But if you do not forgive men, then your Father will not forgive your transgressions. (Matt 6:15)
So here is a concept that I am not sure we embrace. According to Jesus we are forgiven in the same measure that we forgive. Definitely not what I wanted to hear. My concept of forgiveness is that God separates all my sins from me as far as the East is from the West, that He forgets my transgressions, and treats me as if I had never thought a single evil thought.
Let’s take a look at one of Jesus’ parables and see if we can get some help. In Matthew 18, which by the way is entirely about forgiveness and restoration of relationships, Jesus tells a parable.
Then Peter came and said to Him, “Lord, how often shall my brother sin against me and I forgive him? Up to seven times?”
Jesus said to him, “I do not say to you, up to seven times, but up to seventy times seven. For this reason the kingdom of heaven may be compared to a certain king who wished to settle accounts with his slaves. And when he had begun to settle them, there was brought to him one who owed him ten thousand talents. But since he did not have the means to repay, his lord commanded him to be sold, along with his wife and children and all that he had, and repayment to be made. The slave therefore falling down, prostrated himself before him, saying,
‘Have patience with me, and I will repay you everything.’ And the lord of that slave felt compassion and released him and forgave him the debt.
But that slave went out and found one of his fellow slaves who owed him a hundred denarii; and he seized him and began to choke him, saying, ‘Pay back what you owe.’
So his fellow slave fell down and began to entreat him, saying, ‘Have patience with me and I will repay you.’
He was unwilling however, but went and threw him in prison until he should pay back what was owed.
So when his fellow slaves saw what had happened, they were deeply grieved and came and reported to their lord all that had happened. Then summoning him, his lord said to him, ‘You wicked slave, I forgave you all that debt because you entreated me. Should you not also have had mercy on your fellow slave, even as I had mercy on you?’ And his lord, moved with anger, handed him over to the torturers until he should repay all that was owed him.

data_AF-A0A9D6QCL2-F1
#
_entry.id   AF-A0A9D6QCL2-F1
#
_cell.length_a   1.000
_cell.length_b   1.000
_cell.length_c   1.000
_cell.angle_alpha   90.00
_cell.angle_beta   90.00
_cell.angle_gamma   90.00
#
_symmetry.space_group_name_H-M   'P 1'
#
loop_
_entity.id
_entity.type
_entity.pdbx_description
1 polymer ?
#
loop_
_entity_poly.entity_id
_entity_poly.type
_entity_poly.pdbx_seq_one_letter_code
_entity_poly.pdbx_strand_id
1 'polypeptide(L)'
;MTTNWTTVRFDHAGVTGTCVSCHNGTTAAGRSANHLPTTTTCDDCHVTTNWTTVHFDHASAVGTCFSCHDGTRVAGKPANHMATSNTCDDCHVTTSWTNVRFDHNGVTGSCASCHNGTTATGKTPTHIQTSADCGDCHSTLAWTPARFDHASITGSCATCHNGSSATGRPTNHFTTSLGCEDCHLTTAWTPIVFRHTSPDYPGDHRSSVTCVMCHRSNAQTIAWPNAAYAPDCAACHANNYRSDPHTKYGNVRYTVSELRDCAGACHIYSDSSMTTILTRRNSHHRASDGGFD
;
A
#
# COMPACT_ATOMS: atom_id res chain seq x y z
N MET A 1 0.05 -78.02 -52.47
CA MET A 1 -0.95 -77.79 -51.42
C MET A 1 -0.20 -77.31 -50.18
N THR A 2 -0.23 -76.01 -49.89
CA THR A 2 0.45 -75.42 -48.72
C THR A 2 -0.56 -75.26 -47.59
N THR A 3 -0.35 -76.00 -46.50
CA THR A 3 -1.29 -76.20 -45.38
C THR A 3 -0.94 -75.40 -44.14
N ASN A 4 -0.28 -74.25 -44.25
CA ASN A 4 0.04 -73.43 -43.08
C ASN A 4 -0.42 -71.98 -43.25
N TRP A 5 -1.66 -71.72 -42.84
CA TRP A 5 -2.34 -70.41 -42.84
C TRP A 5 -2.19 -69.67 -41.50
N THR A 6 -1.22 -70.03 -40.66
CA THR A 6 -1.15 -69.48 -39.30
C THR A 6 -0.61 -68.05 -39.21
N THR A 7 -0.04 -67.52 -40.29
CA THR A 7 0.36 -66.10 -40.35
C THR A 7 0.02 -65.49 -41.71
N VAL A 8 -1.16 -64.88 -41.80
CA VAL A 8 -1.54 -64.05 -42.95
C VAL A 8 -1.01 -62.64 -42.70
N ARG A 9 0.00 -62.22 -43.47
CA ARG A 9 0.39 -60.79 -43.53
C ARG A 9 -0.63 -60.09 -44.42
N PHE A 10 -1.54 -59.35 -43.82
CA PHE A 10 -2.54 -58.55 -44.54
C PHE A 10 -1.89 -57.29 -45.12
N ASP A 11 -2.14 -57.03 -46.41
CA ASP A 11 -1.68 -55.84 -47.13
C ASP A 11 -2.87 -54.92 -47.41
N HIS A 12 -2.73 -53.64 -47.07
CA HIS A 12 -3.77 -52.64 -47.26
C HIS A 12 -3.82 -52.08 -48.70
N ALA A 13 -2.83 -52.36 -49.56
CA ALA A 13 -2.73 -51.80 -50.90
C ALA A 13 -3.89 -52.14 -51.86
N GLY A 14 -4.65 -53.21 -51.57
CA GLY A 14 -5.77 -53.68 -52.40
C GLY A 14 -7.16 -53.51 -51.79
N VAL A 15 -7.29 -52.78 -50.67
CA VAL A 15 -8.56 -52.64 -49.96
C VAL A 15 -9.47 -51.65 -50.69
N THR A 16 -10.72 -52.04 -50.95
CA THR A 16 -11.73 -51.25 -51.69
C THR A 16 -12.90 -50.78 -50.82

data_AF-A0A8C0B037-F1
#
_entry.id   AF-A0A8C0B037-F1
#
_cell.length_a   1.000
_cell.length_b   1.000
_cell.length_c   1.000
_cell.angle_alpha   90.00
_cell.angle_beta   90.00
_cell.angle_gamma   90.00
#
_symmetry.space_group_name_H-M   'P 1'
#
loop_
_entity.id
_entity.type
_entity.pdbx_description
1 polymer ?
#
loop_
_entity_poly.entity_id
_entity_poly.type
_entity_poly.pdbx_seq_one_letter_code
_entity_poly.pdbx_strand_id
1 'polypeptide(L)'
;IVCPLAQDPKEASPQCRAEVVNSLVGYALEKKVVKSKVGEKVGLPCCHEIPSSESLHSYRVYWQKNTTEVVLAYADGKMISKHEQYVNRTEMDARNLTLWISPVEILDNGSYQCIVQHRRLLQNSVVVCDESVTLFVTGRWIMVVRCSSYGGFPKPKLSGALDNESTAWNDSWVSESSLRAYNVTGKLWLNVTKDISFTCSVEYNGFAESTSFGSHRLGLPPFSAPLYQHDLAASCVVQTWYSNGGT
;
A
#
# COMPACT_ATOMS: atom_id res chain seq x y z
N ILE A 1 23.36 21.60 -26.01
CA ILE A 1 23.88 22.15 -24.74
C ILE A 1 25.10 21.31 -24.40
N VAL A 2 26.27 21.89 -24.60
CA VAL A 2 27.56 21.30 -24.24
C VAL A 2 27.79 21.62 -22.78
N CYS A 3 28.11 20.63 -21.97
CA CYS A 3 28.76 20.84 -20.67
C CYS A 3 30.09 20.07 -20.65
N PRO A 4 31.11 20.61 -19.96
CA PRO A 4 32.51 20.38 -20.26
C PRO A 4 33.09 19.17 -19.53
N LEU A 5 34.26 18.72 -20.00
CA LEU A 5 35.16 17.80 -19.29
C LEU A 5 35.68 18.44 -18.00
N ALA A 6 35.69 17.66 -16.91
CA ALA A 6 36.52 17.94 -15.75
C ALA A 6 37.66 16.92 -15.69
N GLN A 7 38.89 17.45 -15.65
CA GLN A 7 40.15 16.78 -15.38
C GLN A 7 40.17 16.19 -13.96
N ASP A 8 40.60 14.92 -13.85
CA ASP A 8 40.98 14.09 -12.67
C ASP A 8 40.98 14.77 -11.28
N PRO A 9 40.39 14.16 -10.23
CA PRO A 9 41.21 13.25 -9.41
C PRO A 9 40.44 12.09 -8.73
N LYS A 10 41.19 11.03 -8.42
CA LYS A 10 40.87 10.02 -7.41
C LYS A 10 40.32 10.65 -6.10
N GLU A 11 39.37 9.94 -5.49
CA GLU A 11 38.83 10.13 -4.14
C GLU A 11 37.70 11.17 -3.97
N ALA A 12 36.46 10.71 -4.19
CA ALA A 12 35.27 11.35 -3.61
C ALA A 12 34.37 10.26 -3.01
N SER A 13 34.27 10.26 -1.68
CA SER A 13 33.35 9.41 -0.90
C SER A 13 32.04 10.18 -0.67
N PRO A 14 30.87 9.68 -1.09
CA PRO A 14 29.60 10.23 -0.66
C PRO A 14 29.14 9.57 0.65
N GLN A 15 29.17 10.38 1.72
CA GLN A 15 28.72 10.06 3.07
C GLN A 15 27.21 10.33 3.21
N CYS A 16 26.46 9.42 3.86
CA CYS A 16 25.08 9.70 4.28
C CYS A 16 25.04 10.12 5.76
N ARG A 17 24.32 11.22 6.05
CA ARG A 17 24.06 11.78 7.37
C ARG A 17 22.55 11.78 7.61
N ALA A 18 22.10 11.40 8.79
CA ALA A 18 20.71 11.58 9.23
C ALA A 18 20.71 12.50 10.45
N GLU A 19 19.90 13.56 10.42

So shall My heavenly Father also do to you, if each of you does not forgive his brother from your heart.” (Matthew 18:21-35 NASB)
This is such a powerful story and demonstrates exactly what Jesus is teaching here. Your ability to forgive demonstrates your understanding of what you have received. When you receive the full pardon for all your trespasses against the Father, and yet do not forgive that which has been done against you, it demonstrates your lack of comprehension of what has been done for you. It actually goes to demonstrate that you have not actually received that forgiveness.
Remember that the forgiveness of God is a free gift, which must be received by faith. Through this faith we see just how completely we need forgiveness, and how completely inadequate our attempts to pay or cover our sin have been. When we demonstrate hatred for others and a vengeful spirit, we demonstrate that we have not received that new nature, we are not born of the Spirit that can set us free. You cannot live in mercy and justice at the same time. When we have received mercy, and can’t give mercy, we walk back into the realm of justice, and undermine the mercy we have received.
Think of it this way. There are only 2 covenants that we can live in. We cannot expect to live in the New Covenant in the mercy of God, and not extend that forgiveness to those around us. [Tweet This]
Come back tomorrow when I answer the question: Can a Christian harbor Unforgiveness?
Come back soon,